I was working in a guitar store when Gary first decided to come out and declare to the world that he was a bluesman. This triggered an endless succession of assholes coming in to try Les Pauls so they could make that "woooo" noise on the neck pickup...  :s
  • Dinosaur David BDinosaur David B Posts: 17,474
    Sirion said:
    Did Gary's blues playing really leave much of an impact on guitar playing? 
    I would contend NO. Because even at it's most fiery -- on SGTB -- he was probably only doing half of what he was capable of playing rock. And each album got less and less fiery.

    That said, I think it probably increased his audience ten-fold.  So a LOT more people knew who he was and got into him. But if I were to guess what percentage of fans who discovered him via the Blues era crossed-over and became fans of the rock metal Gary . . . let's say if you told me it was less than 1000, I'd probably believe it. If you told me it was less than 5000, I'd DEFINITELY believe it.


    I ain't falling for no banana in the tailpipe.
  • Lonesome CrowLonesome Crow Posts: 630
    edited June 2019
    Must have really chapped his ass when Joe Bonamassa came out and stole his beer-commercial blues fan base right out from under him.

    If I want to hear an Irish interpretation of American Blues, I'm listening to Rory Gallagher not some bitter cunt who didn't have the self awareness to realize that he should've been playing lead guitar in a band where other people actually wrote the songs.  Kirk Hammett did it right.
    Post edited by Lonesome Crow on
  • I don't know, but he wouldn't even let Sykes be a part of the Lynott Memorial concert, after he had resurrected the band. He let Robbo. Gary was a strange guy, and for everyone who ever said something nice about him, you can also find someone who said he was minimally difficult, if not, not so nice.  
    How do you for sure know he blocked Sykes ? Perhaps he was unavailable
  • Dinosaur David BDinosaur David B Posts: 17,474
    I'm not at liberty to say, but if you've been here long enough, you can probably guess the "grapevine" I heard that through.
    I ain't falling for no banana in the tailpipe.
  • merlo_zeppelinmerlo_zeppelin Posts: 1,402
    edited June 2019
    I remember a Skid Row interview, when they tell that back in the 80s Gary Moore opened a few shows for them,.and the Skid Row guys idolized him and were eager to meet him but Gary was a total asshole because he angry about was opening for a young inexperienced band.
    Post edited by merlo_zeppelin on
  • Dinosaur David BDinosaur David B Posts: 17,474
    I remember a Skid Row interview, when they tell that back in the 80s Gary Moore opened a few shows for them,.and the Skid Row guys idolized him and were eager to meet him but Gary was a total asshole because he angry about was opening for a young inexperienced band.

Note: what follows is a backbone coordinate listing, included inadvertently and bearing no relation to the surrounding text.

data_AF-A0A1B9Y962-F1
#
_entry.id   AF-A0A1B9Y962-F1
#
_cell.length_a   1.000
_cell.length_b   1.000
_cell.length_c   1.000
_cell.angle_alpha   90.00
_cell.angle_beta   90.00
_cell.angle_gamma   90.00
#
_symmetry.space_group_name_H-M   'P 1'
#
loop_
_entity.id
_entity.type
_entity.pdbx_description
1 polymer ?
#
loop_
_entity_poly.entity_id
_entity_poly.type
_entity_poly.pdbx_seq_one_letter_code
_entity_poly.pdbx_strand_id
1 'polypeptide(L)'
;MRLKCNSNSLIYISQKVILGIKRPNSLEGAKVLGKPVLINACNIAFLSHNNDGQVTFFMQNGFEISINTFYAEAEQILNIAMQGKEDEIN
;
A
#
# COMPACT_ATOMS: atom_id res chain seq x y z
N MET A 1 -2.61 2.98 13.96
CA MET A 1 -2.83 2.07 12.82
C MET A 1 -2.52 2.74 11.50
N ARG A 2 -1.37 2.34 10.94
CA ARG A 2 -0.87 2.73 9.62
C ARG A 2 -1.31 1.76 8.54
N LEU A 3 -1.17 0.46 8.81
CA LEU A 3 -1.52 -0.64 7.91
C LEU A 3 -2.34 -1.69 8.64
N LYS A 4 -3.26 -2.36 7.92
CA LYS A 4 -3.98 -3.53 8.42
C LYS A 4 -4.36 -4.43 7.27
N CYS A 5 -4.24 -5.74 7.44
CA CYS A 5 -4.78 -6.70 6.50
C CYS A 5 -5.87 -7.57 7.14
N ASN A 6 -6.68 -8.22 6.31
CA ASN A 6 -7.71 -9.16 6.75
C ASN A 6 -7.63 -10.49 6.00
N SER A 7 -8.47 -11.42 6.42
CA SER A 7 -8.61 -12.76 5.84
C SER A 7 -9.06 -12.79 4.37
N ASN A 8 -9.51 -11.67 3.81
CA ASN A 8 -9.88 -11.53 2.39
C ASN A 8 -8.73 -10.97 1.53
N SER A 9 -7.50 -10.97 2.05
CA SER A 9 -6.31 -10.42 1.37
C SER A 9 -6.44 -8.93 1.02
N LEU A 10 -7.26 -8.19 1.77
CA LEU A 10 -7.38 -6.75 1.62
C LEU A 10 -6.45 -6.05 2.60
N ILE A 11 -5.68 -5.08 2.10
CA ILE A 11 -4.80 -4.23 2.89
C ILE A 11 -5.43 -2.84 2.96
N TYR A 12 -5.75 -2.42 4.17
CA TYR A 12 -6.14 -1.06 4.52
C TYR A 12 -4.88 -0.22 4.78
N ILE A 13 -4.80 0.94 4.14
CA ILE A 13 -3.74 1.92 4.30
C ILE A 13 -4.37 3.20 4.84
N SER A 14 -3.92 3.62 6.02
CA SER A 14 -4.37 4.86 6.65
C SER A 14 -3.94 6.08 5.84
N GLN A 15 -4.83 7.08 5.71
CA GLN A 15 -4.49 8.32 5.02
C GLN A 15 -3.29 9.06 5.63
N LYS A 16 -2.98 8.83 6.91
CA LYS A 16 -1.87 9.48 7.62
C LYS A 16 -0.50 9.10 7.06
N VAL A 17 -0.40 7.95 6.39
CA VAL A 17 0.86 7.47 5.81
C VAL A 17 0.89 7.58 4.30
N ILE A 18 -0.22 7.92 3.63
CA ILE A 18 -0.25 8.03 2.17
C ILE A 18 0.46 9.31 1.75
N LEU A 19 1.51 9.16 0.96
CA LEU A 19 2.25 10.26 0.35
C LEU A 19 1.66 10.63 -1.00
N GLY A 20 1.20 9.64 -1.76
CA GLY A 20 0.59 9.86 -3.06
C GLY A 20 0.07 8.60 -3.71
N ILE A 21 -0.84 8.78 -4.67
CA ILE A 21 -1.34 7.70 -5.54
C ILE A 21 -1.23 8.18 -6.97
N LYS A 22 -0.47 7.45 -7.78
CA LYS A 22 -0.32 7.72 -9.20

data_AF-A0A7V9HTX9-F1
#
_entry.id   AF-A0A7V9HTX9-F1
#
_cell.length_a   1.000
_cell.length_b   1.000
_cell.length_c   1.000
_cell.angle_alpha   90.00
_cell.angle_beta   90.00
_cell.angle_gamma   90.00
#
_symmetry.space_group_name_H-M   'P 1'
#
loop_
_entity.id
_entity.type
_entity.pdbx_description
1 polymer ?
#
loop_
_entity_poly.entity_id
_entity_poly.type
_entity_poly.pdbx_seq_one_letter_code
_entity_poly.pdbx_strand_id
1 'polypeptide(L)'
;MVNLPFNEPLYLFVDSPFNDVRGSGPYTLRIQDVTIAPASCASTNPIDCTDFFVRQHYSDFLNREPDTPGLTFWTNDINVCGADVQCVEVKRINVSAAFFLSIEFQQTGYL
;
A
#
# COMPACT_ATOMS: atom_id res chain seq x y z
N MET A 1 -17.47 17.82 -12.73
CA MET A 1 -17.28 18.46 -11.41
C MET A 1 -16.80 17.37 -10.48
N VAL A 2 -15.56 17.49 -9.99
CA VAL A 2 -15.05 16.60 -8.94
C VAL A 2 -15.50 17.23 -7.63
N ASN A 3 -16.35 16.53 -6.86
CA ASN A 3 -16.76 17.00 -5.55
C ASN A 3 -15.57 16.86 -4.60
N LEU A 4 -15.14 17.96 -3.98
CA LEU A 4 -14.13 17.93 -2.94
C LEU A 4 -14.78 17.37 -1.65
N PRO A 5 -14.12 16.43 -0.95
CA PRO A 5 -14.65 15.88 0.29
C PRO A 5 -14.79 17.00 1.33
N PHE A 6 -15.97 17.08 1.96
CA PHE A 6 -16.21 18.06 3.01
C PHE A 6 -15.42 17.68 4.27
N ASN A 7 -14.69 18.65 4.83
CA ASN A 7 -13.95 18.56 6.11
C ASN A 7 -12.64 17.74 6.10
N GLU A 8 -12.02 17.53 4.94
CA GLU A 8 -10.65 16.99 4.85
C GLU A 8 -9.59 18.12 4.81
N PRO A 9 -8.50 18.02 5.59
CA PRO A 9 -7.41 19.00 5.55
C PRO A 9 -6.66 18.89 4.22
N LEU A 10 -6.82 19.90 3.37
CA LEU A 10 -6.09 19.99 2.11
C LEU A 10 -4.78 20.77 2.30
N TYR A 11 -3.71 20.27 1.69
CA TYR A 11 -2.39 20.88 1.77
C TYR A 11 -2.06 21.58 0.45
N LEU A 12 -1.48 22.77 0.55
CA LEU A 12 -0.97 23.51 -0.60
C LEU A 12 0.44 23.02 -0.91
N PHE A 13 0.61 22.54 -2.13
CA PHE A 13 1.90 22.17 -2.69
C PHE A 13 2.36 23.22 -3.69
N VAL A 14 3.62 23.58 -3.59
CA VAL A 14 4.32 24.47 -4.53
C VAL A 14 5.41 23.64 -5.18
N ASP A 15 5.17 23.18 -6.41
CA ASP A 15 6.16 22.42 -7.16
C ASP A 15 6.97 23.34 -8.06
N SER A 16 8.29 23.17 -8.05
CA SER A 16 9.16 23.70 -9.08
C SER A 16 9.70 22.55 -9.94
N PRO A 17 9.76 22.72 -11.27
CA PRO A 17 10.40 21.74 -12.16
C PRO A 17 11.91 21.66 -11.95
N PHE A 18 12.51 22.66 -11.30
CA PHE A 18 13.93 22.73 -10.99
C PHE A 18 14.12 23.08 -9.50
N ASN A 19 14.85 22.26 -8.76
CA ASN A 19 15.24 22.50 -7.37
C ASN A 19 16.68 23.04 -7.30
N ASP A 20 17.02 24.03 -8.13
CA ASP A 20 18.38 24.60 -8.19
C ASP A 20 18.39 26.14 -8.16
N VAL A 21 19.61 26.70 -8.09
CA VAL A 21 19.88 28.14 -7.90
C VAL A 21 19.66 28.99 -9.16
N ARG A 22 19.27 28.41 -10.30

He probably wasn't all that pleased with them using the name Skid Row, either. 
    I ain't falling for no banana in the tailpipe.
  • Bent out of shapeBent out of shape Posts: 558
    edited June 2019
    Osky said:
    I remember reading stories (not just ONE story) where he was even pretty nasty to his fans -- at least when he was in a bad mood.  Like with Blackmore, you have to separate the guy from the talent and the art.
    Definitely! and that applies equally to EVH too.


    I wasn't aware of this, same stories w Ritchie of course but I'm unsure if it just wasn't folk not getting his humour. It seems to me he's cool and attentive with real fans, certainly my experience with him. Gary of course, wasn't noted for humour of any sort. Re stories, anything you can repeat?

    Post edited by Bent out of shape on
  • Tatosh GuitarTatosh Guitar Posts: 1,687

    I remember a Skid Row interview, when they tell that back in the 80s Gary Moore opened a few shows for them,.and the Skid Row guys idolized him and were eager to meet him but Gary was a total asshole because he angry about was opening for a young inexperienced band.
    He probably wasn't all that pleased with them using the name Skid Row, either. 
    My thoughts exactly. Their debut album was in 89, IIRC. This was before Still Got the Blues, and an ultimate low on Gary's career. He was on the deep end and all depressed. To add insult to the injury, Skid Row weren't exactly a very good live band, if I am to believe my friends who saw them in that era. All that probably didn't sit well with him.


    I wasn't aware of this, same stories w Ritchie of course but I'm unsure if it just wasn't folk not getting his humour. It seems to me he's cool and attentive with real fans, certainly my experience with him. Gary of course, wasn't noted for humour of any sort. Re stories, anything you can repeat?

    Ritchie is a weird guy. He has a weird sense of humour, indeed, but he is also, by most accounts, and asshole. Love his art, but there are enough people out there telling the stories to be hearsay of any sort.

    As for Gary, the word is bitter. Aside for the stories, which is probably what you are asking for, I read enough interviews with him over the years to tell that, at the very least, he always seemed annoyed with the interviewer. It got to the point I stopped bothering with his interviews because it got boring to read about him bitching about all kind of things. I hope he found peace before he passed. It must suck to be always so angry.